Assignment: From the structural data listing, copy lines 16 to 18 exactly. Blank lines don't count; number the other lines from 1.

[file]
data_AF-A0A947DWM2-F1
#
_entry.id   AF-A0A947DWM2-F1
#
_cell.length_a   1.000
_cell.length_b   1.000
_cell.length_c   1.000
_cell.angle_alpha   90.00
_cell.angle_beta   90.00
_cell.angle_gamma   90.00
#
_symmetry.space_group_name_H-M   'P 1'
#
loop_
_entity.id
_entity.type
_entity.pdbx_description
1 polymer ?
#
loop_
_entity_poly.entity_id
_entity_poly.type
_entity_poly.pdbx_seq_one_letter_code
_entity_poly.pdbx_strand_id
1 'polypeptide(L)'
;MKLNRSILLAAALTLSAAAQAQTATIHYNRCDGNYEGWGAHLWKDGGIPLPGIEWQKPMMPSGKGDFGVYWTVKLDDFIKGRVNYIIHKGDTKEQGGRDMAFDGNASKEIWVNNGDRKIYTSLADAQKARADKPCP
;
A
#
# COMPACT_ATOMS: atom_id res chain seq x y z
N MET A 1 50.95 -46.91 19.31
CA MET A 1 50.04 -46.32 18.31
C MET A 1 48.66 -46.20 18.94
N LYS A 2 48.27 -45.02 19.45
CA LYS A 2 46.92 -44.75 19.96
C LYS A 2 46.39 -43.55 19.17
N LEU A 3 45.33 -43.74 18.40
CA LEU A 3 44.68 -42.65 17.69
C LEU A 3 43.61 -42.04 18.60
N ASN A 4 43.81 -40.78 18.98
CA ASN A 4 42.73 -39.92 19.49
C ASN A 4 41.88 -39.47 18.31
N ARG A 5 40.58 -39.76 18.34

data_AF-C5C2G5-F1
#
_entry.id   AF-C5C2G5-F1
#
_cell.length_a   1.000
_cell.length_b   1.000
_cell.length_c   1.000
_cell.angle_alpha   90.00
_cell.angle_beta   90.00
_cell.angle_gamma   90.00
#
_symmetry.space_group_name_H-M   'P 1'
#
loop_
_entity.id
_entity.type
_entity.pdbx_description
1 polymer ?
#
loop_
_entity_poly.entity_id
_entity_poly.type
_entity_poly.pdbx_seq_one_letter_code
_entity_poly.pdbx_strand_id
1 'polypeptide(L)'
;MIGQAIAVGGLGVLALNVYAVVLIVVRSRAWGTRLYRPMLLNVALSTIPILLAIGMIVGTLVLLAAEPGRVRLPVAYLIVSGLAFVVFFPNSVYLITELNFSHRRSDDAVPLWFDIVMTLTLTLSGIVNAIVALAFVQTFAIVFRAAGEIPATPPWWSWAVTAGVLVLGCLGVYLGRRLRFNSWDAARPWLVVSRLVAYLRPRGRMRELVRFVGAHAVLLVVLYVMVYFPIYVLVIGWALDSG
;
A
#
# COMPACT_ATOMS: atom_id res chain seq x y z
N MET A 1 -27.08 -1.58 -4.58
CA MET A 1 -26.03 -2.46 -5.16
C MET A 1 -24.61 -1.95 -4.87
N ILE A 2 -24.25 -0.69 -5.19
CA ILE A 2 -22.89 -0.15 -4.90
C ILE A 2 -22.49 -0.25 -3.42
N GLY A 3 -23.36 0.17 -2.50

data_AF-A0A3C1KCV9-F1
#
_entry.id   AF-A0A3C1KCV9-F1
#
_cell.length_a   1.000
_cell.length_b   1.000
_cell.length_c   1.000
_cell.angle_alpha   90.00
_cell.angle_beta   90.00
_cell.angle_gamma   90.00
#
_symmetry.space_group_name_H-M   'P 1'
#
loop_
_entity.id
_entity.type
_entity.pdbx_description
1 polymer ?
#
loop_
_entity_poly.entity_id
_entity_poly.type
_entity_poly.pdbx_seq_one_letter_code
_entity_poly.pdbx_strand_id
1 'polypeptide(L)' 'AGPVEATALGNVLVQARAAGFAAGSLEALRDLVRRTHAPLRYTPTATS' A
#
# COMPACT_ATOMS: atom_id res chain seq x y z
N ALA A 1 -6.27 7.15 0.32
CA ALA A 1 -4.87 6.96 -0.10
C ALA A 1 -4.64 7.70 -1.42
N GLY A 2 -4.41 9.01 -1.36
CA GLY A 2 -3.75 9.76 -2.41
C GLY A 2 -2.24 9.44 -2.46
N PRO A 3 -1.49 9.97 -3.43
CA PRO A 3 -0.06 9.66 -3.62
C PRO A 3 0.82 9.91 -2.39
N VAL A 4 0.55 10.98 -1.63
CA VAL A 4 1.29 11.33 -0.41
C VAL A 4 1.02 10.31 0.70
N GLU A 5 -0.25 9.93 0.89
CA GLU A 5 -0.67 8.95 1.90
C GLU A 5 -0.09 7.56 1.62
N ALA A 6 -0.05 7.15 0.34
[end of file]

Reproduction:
_entity.type
_entity.pdbx_description
1 polymer ?